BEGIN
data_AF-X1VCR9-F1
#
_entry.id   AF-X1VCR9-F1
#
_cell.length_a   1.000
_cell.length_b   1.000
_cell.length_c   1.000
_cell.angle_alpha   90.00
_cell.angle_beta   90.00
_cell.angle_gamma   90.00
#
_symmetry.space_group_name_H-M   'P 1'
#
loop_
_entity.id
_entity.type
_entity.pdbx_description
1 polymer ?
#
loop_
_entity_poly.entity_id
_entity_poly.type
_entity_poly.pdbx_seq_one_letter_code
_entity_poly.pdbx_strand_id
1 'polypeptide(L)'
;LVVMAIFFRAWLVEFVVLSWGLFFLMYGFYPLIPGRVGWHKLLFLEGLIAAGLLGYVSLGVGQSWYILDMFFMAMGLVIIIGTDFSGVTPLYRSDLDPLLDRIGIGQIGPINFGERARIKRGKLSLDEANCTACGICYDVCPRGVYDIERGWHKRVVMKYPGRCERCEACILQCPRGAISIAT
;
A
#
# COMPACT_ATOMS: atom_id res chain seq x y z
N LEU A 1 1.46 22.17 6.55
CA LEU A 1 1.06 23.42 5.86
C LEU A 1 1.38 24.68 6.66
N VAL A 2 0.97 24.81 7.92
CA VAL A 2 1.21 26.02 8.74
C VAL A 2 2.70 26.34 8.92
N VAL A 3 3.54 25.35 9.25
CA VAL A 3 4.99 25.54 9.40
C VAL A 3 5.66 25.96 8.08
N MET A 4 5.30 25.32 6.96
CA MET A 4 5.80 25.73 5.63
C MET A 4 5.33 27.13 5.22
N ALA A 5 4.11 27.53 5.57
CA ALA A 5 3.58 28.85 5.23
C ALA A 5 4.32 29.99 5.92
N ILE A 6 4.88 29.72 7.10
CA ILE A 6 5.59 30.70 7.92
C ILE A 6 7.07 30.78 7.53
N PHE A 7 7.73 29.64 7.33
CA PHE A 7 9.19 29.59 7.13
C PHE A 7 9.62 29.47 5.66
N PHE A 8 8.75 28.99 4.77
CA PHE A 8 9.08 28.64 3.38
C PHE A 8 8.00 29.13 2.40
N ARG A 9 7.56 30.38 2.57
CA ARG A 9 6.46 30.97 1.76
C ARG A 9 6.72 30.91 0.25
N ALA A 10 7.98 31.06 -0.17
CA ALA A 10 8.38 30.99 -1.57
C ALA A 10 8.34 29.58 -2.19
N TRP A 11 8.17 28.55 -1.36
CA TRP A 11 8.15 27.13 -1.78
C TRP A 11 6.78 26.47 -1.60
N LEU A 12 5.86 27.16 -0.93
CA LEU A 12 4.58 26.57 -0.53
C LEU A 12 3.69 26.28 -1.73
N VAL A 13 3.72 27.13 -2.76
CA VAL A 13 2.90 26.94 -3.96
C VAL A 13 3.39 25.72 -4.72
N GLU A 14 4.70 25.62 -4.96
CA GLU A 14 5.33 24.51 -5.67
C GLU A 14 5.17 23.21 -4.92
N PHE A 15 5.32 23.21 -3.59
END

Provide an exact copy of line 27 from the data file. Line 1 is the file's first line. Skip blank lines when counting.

;